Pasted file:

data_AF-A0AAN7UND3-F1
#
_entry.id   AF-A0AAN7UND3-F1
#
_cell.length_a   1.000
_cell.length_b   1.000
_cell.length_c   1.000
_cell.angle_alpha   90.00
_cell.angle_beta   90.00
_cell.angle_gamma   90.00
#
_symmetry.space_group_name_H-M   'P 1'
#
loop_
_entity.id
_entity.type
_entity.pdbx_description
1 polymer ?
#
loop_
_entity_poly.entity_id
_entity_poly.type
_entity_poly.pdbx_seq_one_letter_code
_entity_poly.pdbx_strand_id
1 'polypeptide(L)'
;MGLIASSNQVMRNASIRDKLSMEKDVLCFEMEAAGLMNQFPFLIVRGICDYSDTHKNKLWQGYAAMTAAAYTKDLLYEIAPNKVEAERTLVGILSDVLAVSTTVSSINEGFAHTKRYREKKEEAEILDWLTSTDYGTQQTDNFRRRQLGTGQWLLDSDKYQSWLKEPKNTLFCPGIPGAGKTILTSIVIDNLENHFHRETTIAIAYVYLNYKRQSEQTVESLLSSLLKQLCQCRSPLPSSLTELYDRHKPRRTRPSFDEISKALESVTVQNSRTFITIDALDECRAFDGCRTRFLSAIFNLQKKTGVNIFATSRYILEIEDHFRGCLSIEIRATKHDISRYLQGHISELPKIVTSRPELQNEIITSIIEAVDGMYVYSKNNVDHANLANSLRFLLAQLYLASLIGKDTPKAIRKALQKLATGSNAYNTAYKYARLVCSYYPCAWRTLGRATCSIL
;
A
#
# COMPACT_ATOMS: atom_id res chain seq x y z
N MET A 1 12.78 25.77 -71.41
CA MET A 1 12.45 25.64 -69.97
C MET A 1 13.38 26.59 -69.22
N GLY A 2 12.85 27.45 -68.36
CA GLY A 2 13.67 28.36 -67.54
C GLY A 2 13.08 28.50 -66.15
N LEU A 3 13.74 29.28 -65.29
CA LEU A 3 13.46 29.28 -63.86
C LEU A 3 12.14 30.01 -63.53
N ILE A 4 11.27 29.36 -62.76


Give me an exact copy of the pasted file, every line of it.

data_AF-A0AAN7UND3-F1
#
_entry.id   AF-A0AAN7UND3-F1
#
_cell.length_a   1.000
_cell.length_b   1.000
_cell.length_c   1.000
_cell.angle_alpha   90.00
_cell.angle_beta   90.00
_cell.angle_gamma   90.00
#
_symmetry.space_group_name_H-M   'P 1'
#
loop_
_entity.id
_entity.type
_entity.pdbx_description
1 polymer ?
#
loop_
_entity_poly.entity_id
_entity_poly.type
_entity_poly.pdbx_seq_one_letter_code
_entity_poly.pdbx_strand_id
1 'polypeptide(L)'
;MGLIASSNQVMRNASIRDKLSMEKDVLCFEMEAAGLMNQFPFLIVRGICDYSDTHKNKLWQGYAAMTAAAYTKDLLYEIAPNKVEAERTLVGILSDVLAVSTTVSSINEGFAHTKRYREKKEEAEILDWLTSTDYGTQQTDNFRRRQLGTGQWLLDSDKYQSWLKEPKNTLFCPGIPGAGKTILTSIVIDNLENHFHRETTIAIAYVYLNYKRQSEQTVESLLSSLLKQLCQCRSPLPSSLTELYDRHKPRRTRPSFDEISKALESVTVQNSRTFITIDALDECRAFDGCRTRFLSAIFNLQKKTGVNIFATSRYILEIEDHFRGCLSIEIRATKHDISRYLQGHISELPKIVTSRPELQNEIITSIIEAVDGMYVYSKNNVDHANLANSLRFLLAQLYLASLIGKDTPKAIRKALQKLATGSNAYNTAYKYARLVCSYYPCAWRTLGRATCSIL
;
A
#
# COMPACT_ATOMS: atom_id res chain seq x y z
N MET A 1 12.78 25.77 -71.41
CA MET A 1 12.45 25.64 -69.97
C MET A 1 13.38 26.59 -69.22
N GLY A 2 12.85 27.45 -68.36
CA GLY A 2 13.67 28.36 -67.54
C GLY A 2 13.08 28.50 -66.15
N LEU A 3 13.74 29.28 -65.29
CA LEU A 3 13.46 29.28 -63.86
C LEU A 3 12.14 30.01 -63.53
N ILE A 4 11.27 29.36 -62.76